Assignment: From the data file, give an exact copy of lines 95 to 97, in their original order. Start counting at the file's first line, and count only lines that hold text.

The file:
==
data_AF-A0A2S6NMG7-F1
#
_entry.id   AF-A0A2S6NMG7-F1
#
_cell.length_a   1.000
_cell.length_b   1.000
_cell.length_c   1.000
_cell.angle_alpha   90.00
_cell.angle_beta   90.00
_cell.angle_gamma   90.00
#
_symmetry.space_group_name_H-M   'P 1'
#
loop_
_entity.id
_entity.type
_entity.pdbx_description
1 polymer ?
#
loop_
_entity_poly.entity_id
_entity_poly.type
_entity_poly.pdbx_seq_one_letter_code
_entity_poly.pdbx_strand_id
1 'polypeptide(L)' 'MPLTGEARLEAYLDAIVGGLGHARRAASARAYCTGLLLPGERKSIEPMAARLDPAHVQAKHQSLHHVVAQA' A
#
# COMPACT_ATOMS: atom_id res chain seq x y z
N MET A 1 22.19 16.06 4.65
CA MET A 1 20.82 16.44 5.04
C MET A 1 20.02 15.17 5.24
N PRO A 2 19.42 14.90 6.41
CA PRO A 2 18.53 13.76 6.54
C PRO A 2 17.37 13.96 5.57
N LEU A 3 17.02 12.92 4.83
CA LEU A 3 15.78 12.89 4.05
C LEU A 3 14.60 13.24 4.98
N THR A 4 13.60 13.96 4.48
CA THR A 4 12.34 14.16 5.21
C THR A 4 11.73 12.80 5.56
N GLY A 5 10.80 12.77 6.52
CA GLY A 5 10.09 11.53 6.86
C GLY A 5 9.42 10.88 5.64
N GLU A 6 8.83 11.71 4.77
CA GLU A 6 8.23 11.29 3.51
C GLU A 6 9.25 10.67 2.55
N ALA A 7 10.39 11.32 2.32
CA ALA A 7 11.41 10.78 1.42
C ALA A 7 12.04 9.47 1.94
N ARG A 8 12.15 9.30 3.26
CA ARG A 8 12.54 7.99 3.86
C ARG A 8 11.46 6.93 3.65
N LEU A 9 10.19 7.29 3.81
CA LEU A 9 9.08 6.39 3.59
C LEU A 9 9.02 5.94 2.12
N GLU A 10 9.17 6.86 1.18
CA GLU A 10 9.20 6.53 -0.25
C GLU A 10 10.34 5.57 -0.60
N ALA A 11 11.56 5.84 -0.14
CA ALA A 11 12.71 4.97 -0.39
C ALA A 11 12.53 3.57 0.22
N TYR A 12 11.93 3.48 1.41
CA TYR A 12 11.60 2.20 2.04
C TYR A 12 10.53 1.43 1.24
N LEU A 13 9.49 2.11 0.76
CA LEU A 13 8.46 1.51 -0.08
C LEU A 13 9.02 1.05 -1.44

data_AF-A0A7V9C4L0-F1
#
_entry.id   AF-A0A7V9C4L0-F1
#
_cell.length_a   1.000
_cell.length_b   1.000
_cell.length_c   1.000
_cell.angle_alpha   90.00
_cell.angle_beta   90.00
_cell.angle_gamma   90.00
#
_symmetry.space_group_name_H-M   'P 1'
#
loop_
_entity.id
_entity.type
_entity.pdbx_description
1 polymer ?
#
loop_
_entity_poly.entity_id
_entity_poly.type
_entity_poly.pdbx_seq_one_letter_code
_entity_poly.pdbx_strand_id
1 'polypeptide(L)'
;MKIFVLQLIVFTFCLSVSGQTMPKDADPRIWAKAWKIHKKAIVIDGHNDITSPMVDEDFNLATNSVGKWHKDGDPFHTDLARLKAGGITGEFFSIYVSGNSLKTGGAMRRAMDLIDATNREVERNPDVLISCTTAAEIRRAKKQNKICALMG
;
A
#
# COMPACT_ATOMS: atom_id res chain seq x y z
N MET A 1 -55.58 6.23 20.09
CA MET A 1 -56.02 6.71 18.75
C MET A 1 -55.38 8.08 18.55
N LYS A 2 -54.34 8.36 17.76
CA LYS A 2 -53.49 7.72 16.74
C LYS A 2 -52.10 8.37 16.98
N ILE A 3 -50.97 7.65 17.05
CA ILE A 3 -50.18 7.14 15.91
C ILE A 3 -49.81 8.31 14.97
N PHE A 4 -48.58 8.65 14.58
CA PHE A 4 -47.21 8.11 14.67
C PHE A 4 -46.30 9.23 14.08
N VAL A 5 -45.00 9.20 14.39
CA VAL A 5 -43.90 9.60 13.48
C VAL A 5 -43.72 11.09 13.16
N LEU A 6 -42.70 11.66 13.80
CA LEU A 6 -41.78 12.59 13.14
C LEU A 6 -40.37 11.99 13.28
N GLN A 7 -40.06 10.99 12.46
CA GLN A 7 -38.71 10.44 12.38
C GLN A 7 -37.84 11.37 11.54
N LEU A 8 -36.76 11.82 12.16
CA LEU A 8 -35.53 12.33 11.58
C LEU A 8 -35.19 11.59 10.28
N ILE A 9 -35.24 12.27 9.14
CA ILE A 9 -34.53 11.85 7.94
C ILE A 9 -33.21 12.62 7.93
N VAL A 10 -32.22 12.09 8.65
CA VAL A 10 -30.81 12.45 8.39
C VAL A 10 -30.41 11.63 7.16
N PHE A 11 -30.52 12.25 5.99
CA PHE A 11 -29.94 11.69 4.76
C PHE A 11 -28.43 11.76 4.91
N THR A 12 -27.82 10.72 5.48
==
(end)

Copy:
#
# COMPACT_ATOMS: atom_id res chain seq x y z
N MET A 1 -55.58 6.23 20.09